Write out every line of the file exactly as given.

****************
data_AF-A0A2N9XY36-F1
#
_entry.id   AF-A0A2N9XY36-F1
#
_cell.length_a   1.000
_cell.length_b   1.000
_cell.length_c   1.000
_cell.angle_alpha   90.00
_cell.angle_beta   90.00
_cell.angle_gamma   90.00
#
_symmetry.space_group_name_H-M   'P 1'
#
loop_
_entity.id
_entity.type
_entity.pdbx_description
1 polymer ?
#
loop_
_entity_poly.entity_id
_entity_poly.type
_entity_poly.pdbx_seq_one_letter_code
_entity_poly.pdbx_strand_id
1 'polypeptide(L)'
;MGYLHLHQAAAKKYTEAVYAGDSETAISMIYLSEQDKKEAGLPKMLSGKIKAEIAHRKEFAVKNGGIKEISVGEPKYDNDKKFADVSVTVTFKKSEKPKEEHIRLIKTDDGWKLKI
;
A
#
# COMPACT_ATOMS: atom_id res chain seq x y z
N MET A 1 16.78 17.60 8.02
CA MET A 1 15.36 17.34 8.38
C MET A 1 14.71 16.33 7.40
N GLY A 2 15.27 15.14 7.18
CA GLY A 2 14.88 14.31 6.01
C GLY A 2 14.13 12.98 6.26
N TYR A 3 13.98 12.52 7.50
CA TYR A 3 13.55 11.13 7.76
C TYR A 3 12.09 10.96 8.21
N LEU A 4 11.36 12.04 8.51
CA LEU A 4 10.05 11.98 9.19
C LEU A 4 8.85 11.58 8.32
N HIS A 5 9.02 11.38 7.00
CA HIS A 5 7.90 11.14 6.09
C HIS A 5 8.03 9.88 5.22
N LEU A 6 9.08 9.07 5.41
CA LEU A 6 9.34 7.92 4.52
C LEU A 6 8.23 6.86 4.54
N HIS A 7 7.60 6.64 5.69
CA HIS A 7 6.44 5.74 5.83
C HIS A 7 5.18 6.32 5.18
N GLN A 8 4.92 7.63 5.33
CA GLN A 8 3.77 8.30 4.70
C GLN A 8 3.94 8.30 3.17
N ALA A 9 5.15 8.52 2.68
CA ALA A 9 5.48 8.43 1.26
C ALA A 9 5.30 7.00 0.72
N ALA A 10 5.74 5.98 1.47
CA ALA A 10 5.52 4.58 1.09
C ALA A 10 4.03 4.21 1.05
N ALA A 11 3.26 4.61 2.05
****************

data_AF-A0A2N9XY36-F1
#
_entry.id   AF-A0A2N9XY36-F1
#
_cell.length_a   1.000
_cell.length_b   1.000
_cell.length_c   1.000
_cell.angle_alpha   90.00
_cell.angle_beta   90.00
_cell.angle_gamma   90.00
#
_symmetry.space_group_name_H-M   'P 1'
#
loop_
_entity.id
_entity.type
_entity.pdbx_description
1 polymer ?
#
loop_
_entity_poly.entity_id
_entity_poly.type
_entity_poly.pdbx_seq_one_letter_code
_entity_poly.pdbx_strand_id
1 'polypeptide(L)'
;MGYLHLHQAAAKKYTEAVYAGDSETAISMIYLSEQDKKEAGLPKMLSGKIKAEIAHRKEFAVKNGGIKEISVGEPKYDNDKKFADVSVTVTFKKSEKPKEEHIRLIKTDDGWKLKI
;
A
#
# COMPACT_ATOMS: atom_id res chain seq x y z
N MET A 1 16.78 17.60 8.02
CA MET A 1 15.36 17.34 8.38
C MET A 1 14.71 16.33 7.40
N GLY A 2 15.27 15.14 7.18
CA GLY A 2 14.88 14.31 6.01
C GLY A 2 14.13 12.98 6.26
N TYR A 3 13.98 12.52 7.50
CA TYR A 3 13.55 11.13 7.76
C TYR A 3 12.09 10.96 8.21
N LEU A 4 11.36 12.04 8.51
CA LEU A 4 10.05 11.98 9.19
C LEU A 4 8.85 11.58 8.32
N HIS A 5 9.02 11.38 7.00
CA HIS A 5 7.90 11.14 6.09
C HIS A 5 8.03 9.88 5.22
N LEU A 6 9.08 9.07 5.41
CA LEU A 6 9.34 7.92 4.52
C LEU A 6 8.23 6.86 4.54
N HIS A 7 7.60 6.64 5.69
CA HIS A 7 6.44 5.74 5.83
C HIS A 7 5.18 6.32 5.18
N GLN A 8 4.92 7.63 5.33
CA GLN A 8 3.77 8.30 4.70
C GLN A 8 3.94 8.30 3.17
N ALA A 9 5.15 8.52 2.68
CA ALA A 9 5.48 8.43 1.26
C ALA A 9 5.30 7.00 0.72
N ALA A 10 5.74 5.98 1.47
CA ALA A 10 5.52 4.58 1.09
C ALA A 10 4.03 4.21 1.05
N ALA A 11 3.26 4.61 2.05